A long time ago in a galaxy far, far away, a young filmmaker named George Lucas directed a modestly budgeted sci-fi adventure romp called Star Wars. The movie was released in May 1977 and became an instant success, smashing box-office records, spawning two sequels and influencing a whole generation of moviegoers, not to mention filmmakers. But a funny thing happened on the road to pop-culture immortality-the movies themselves became almost secondary things. Egged on by Lucas, the Star Wars brand name took on a stature of mythic proportions, with discussions of the films revolving almost exclusively around their place in cinematic history (or, more insufferably, the speaker's own personal history) and their resemblance to the work of high-minded storytellers like Joseph Campbell. Suddenly, Star Wars was more than just an entertaining trio of movies-it was a legend for our time.

It's no wonder, then, that the prequel trilogy has suffered so much in comparison. Unlike the original films, the new episodes have had to labor directly under the weight of Lucas' grand pretensions. As a result, they resemble stately museum pieces: handsome to look at, but lacking that essential creative spark. Viewed again, it's clear that both The Phantom Menace and Attack of the Clones serve little purpose outside of providing a lot of dull exposition and giving Lucas' F/X company Industrial Light & Magic a chance to play with their newest toys. By all rights, Revenge of the Sith should have been more of the same. But damned if Lucas didn't rouse himself from his slumber to deliver a genuinely thrilling final chapter. When Sith works, which it frequently does, it reminds you of why you fell in love with this universe in the first place.

Before you pull your Darth Vader costume out of mothballs, though, be warned that the film is not perfect. (In other words, it ain't no Empire Strikes Back.) Many of the problems that plagued Menace and Clones surface again in Sith, most notably some truly awful dialogue and wooden acting from otherwise talented performers. Natalie Portman seems particularly adrift here, perhaps because she's been given little to do besides model a variety of hairstyles while gazing sadly at her onscreen hubbie as he's slowly consumed by the Dark Side. At least Hayden Christensen is better this time around-he actually seems conflicted instead of just whiny-although the Padmé/Anakin romance is once again the worst thing about the movie. Far more effective is Anakin's transformation into Darth Vader and his subsequent betrayal of the Jedi. This is the story that viewers have waited six years and two underwhelming movies to see and the film doesn't hold back in showing the consequences of his decision. In the darkest scene that has ever appeared in a Star Wars movie, the newly minted Sith Lord slaughters a roomful of young Jedi students without batting an eye. No wonder Lucas has been so adamant about telling parents to leave the kiddies at home.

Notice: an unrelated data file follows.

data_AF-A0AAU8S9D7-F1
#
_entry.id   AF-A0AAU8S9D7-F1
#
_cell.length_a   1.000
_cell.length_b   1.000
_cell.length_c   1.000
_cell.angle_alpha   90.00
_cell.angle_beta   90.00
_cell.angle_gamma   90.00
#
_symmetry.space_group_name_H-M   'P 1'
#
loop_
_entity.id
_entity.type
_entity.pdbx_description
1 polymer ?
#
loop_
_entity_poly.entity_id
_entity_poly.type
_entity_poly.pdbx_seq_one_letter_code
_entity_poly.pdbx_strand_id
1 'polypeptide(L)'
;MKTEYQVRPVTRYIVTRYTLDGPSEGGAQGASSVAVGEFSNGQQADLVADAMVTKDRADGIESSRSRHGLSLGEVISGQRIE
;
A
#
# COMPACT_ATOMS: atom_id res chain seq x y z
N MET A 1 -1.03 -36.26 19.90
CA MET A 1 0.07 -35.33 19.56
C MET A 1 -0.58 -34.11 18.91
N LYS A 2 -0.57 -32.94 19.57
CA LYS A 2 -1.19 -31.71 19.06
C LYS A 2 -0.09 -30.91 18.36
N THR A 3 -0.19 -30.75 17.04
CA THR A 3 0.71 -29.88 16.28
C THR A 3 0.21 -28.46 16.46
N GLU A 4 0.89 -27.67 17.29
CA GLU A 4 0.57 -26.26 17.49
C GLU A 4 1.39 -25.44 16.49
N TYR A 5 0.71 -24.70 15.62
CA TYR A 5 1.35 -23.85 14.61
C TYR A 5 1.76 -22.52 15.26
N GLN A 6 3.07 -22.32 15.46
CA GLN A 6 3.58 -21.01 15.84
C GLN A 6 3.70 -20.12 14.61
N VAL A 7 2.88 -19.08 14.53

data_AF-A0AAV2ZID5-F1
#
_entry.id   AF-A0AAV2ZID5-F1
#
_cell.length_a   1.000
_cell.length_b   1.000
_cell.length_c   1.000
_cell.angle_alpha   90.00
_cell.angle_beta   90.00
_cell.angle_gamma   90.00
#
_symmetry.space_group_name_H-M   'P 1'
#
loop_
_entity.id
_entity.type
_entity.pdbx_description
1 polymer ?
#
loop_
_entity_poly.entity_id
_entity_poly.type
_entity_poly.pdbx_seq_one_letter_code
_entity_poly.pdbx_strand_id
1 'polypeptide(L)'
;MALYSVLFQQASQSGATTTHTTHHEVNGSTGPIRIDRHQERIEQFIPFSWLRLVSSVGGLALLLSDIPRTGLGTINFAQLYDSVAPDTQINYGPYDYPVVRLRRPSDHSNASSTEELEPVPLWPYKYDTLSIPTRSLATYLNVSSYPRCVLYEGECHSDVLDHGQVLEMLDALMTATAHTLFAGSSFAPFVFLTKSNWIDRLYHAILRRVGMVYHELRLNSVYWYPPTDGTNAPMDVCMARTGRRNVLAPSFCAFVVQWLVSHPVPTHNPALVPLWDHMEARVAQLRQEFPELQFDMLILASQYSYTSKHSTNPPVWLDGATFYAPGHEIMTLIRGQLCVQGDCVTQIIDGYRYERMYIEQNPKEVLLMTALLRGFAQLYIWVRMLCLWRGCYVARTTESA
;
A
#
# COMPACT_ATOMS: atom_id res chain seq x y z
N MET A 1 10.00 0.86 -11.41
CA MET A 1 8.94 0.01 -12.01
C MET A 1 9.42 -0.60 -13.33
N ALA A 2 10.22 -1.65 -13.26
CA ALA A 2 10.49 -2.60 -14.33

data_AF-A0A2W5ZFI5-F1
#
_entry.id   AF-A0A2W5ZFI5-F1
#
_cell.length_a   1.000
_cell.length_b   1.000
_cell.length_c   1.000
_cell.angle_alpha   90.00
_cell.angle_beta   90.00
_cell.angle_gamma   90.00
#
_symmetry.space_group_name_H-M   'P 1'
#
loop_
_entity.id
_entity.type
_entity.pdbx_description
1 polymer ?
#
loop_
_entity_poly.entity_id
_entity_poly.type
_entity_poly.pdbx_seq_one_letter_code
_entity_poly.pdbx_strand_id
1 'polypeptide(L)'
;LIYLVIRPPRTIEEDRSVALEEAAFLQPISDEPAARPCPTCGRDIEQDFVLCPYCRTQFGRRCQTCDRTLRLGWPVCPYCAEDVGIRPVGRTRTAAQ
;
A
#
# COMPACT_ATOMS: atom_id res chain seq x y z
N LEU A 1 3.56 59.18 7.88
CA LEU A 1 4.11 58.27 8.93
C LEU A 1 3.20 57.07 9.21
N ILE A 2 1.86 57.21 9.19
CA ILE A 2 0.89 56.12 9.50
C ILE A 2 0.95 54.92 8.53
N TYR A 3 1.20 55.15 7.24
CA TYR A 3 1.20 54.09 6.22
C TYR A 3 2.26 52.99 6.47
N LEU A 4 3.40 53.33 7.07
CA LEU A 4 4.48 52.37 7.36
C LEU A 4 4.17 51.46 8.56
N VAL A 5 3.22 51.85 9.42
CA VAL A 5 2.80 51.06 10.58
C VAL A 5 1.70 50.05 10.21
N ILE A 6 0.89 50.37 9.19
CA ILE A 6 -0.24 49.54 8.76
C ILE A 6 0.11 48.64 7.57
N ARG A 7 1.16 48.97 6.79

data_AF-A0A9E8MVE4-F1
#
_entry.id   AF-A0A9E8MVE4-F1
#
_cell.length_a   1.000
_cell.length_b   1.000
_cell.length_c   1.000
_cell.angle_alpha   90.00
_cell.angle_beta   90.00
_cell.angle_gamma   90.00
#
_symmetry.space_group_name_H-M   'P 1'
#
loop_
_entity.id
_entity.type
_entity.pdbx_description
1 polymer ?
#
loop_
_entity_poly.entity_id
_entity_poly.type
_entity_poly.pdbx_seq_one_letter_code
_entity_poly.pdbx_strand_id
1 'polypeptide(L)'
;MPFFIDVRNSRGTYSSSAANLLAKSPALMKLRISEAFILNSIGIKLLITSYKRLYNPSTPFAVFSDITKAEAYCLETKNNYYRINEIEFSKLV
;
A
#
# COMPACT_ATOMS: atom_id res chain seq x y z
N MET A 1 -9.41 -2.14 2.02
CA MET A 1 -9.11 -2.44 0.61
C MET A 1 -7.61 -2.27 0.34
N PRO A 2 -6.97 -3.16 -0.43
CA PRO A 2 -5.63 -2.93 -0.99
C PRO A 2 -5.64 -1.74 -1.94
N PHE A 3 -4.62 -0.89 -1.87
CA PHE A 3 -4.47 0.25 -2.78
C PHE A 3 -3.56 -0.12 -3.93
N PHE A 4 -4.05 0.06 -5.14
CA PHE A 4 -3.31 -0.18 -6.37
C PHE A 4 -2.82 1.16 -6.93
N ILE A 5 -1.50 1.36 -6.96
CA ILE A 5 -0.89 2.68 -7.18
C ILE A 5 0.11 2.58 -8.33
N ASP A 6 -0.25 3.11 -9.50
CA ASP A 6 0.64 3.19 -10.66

In general, Sith has clearly been made with an eye towards the fans. The movie is filled with visual references and callbacks to the original films. Some of these seem excessive (a trip to the Wookiee planet serves little purpose), but most are guaranteed to melt the heart of even the most jaded Star Wars aficionado. It's great fun to see early versions of the X-Wing fighters zoom across the screen in the space battles. And, as cheesy as it sounds, the birth of Luke and Leia is quite moving. Best of all, however, is the scene where Vader finally dons his famous costume. As the helmet is locked into place and that famous respirator kicks in, followed by James Earl Jones' rumbling voice, you can feel a collective gasp sweeping through the audience. Unfortunately, Lucas then goes and almost ruins the moment by having him shout a cheesy "Nooooo!!!!" when he's informed of his lover's death.

It will be interesting to view the original trilogy again in the wake of Sith. Certainly, Lucas has left a lot of loose ends dangling between the two series. For example, we never get a firm answer as to why the older Obi-Wan doesn't recognize C-3PO and R2-D2 when they turn up on Tatooine in A New Hope. (At least we're informed that Threepio himself has his memory wiped). And don't expect to learn anything more conclusive about that virgin-birth nonsense that was brought up in Menace. In some instances, the characterizations seem off as well. Alec Guinness' Merlin-like Obi-Wan doesn't quite match up with the quipster Ewan McGregor plays here. (This version of Obi-Wan actually bears a closer resemblance to Han Solo). Then there's Vader himself, who has gone from being a force of pure evil to a mixed-up mama's boy hiding behind a mask. While I'm not entirely certain that I like how Lucas has altered the character with the prequels, it does add a new dimension to the father/son theme that runs throughout Empire and Return of the Jedi.

Finally, a word must be said about the true star of Sith: the digital photography. Lucas has often been taken to task by critics for his obsession with all things digital, but his faith in the technology pays off here. From the opening battle scene to Obi-Wan and Anakin's climactic lightsaber duel, the film is filled with eye-popping images and dazzling special effects; this is a movie that demands to be seen only in a theatre with digital projection. And while some of the CGI remains distracting, on the whole the film looks far less cartoonish than the previous prequel episodes. At long last, Lucas has produced a film that measures up to his epic intentions for Star Wars. For that alone, he deserves the applause that erupts as Sith comes to its tragic but hopeful conclusion.
-Ethan Alter